Arguable Ross was just as big a gambler as Francis when deciding to take the biggest and most highly speculative gamble he had ever taken partly to be freer from George in business. It is for this reason that the first American edition of 'Warleggan' was called 'The last Gamble'. Ross’s gamble was to sell half his share in Wheal Leisure which was then a mine that was prospering and profitable. Then he sought to use this to fund the opening of his father's old defunct unyielding mine, Wheal Grace. Therefore he reduced his interest in a profitable business only to plough that investment in a more speculative one. Of course this move which loosened George's oppressive hold over Ross greatly irritated George and he tried to challenge and taunt Ross about the poor business sense in this. However Ross’s quest could not be clearer when he told George his reasons were that he and Francis in this new scheme would "....have the freedom to call our souls our own." 

Another Sweet But Double And Unexpected Victory For Ross

Graham added tension to the story of Ross's 'last gamble' in really highlighting the risk of this new Wheal Grace venture and Demelza privately worried that Ross’s desire to be free of George’s interference was so strong that it had warped his judgement so much and '...led him to over optimism about Wheal Grace.' Fortunately it transpired that it did work out but not until two and a half years later! So in that time it did look as if this was not only a reckless gamble but an unlucky one that would not pay off and would leave them poorer than when Ross had all his shares in Wheal Leisure.
Ross and Demelza were impoverished all those years not knowing that eventually in the middle of the next book 
in September 1793 the Wheal Grace mine would strike tin and thereafter happily secure their financial prosperity for much of the remainder of the saga. The sweet satire in this is that this would work out be a double loss to George who had teased Ross's business decision only to find that whilst Wheal Grace would end up prospering it was Wheal Leisure that later became the defunct mine that George would close as it lost it's profitabilty. By the by another and future sweet irony is that in the later books, during a period of financial strain (in part and inadvertently but unknowingly caused by Ross) Ross would get his hands on Wheal Lesiure again through the back door when a then grown up Jeremy encouraged him to ressurect it and George in some desperation had put it up for sale. Where George had initally encroached on this mine (Leisure), pushing Ross out yet failing to make it a success, a major find at the mine under new Ross's later ownership in the ninth book 'The Miller's Dance' would ensure that Leisure became a success in his hands. Just at the time when Wheal Grace was pettering out and starting to lose money! In many ways Graham had a clear theme of Ross somehow always getting the better of George and having success out of George's failures. Likewise it was in the post 'Elizabeth: A Green-eyed Jealousy of Demelza Poldark' that his theme could be identified of Demelza's success against Elizabeth's failures.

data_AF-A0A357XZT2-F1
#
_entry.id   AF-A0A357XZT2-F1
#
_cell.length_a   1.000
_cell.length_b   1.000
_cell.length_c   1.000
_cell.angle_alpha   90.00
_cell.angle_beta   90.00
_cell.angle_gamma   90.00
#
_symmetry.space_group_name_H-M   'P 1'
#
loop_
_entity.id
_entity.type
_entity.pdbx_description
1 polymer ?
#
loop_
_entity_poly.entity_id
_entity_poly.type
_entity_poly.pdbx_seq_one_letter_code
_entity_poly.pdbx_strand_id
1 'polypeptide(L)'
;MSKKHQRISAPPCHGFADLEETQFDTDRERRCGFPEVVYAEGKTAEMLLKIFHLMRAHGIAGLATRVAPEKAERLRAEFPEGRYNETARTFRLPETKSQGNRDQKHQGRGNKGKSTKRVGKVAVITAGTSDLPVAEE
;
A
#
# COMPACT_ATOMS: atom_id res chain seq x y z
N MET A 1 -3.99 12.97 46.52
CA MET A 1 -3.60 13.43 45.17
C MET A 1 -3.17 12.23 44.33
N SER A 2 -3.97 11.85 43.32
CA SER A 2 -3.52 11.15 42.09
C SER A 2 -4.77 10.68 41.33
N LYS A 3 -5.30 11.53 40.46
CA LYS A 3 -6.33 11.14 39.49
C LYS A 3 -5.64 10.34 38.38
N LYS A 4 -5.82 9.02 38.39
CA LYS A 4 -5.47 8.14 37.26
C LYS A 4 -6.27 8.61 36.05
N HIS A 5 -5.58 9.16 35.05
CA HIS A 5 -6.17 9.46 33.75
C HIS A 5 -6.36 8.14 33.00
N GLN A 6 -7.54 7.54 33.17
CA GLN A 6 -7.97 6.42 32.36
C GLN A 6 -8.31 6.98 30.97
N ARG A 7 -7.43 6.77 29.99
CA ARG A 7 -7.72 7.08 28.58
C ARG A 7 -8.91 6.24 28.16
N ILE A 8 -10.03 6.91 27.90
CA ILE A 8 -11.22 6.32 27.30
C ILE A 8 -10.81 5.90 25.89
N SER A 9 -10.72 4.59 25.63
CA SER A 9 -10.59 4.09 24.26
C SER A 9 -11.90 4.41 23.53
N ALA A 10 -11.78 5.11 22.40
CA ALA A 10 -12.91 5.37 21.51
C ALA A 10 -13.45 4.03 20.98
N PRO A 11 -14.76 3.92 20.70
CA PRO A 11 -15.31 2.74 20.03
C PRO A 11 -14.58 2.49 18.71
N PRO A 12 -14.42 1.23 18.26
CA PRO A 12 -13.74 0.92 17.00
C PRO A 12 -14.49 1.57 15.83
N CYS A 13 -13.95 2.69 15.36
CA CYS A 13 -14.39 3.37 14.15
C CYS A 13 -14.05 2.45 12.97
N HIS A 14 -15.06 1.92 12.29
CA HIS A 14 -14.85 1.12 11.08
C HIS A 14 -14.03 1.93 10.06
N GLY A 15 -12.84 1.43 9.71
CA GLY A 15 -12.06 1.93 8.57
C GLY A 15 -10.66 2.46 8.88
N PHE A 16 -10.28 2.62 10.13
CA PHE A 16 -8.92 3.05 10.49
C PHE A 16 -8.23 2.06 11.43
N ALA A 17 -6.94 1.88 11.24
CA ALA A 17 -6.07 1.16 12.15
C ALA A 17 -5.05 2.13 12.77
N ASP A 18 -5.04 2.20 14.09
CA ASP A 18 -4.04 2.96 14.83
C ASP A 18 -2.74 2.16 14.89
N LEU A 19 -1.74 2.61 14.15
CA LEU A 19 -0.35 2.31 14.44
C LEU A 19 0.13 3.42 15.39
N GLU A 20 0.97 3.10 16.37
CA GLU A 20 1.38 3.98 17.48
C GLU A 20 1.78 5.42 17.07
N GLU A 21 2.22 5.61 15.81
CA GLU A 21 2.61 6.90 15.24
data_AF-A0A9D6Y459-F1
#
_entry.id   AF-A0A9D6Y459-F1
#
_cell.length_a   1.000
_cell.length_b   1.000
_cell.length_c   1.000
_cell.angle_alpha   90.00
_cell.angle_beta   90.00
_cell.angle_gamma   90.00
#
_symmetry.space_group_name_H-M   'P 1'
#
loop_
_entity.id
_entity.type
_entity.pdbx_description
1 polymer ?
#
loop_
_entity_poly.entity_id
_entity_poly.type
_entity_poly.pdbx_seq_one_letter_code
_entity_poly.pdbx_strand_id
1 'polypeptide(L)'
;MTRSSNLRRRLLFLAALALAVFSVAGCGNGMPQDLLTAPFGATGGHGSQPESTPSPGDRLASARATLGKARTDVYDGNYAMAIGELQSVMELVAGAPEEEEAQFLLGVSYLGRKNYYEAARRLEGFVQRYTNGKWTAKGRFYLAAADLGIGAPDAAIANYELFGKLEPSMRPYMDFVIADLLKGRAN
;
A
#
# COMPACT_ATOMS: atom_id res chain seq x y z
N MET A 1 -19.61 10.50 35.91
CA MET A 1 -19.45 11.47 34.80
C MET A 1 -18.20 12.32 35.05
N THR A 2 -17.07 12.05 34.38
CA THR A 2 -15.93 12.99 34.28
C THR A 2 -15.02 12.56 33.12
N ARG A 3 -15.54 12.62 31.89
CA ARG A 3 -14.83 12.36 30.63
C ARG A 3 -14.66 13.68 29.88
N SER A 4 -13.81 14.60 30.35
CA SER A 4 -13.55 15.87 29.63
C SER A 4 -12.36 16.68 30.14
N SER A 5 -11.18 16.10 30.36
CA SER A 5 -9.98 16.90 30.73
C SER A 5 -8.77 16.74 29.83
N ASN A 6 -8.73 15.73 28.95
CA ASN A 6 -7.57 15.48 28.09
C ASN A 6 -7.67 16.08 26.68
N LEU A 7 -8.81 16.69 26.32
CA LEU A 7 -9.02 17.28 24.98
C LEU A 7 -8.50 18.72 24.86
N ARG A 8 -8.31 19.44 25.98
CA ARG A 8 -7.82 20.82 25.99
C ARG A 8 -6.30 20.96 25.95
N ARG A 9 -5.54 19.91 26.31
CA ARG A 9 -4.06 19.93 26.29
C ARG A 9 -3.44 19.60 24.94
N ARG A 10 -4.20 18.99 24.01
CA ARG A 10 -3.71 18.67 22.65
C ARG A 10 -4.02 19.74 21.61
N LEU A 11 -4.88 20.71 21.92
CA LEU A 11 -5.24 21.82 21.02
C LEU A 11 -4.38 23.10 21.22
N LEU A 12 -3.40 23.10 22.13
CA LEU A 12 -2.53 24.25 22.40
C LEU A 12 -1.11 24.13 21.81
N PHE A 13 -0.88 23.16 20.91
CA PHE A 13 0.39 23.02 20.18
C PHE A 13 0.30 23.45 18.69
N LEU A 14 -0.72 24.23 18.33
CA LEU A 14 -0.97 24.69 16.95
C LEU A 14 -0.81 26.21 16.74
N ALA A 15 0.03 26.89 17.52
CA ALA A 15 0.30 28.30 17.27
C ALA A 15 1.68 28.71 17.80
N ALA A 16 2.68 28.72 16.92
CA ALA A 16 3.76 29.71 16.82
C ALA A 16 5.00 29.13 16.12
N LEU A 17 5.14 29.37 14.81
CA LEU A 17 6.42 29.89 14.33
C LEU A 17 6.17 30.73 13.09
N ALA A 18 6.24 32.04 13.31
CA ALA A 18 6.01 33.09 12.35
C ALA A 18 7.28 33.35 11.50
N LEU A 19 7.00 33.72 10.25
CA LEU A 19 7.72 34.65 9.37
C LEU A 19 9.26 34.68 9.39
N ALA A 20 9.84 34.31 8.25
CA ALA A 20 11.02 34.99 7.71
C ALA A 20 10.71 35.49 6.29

An Act of Loyalty To Elizabeth That Paid Dividend To Ross And A Loss To George

What was an even sweeter win for Ross was that before Wheal Leisure had become defunct under George's control in the fifth book 'Black Moon', and despite his 
earlier stance of not wanting to ever sell his shares to George, in a turnaround he eventually allowed the remaining half of his share holding in it to be purchased by George through Pascoe. Not then knowing this would be a blessing in disguise his intentions were self sacrificing out of his concern and friendship of Elizabeth in her widowhood. Therefore it was in order to help her financially. Consumed with guilt regarding Francis sinking £600 in Wheal Grace and at that point since this mine was failing so far, Ross felt that he had an ethical debt to return the £600 to Elizabeth anonymously. Although Elizabeth would repay Ross's loyalty and friendship gesture to her with the opposite by instead being dishonest and disloyal in her secret courtship of his greatest enemy, George, Ross would still benefit in the end. Ross secured his total freedom from George and escaped the disappointment Wheal Leisure would bring in the immediate years ahead and which prompted George's later decision to close it. It had been Ross's wish to help Elizabeth that had brought this luck.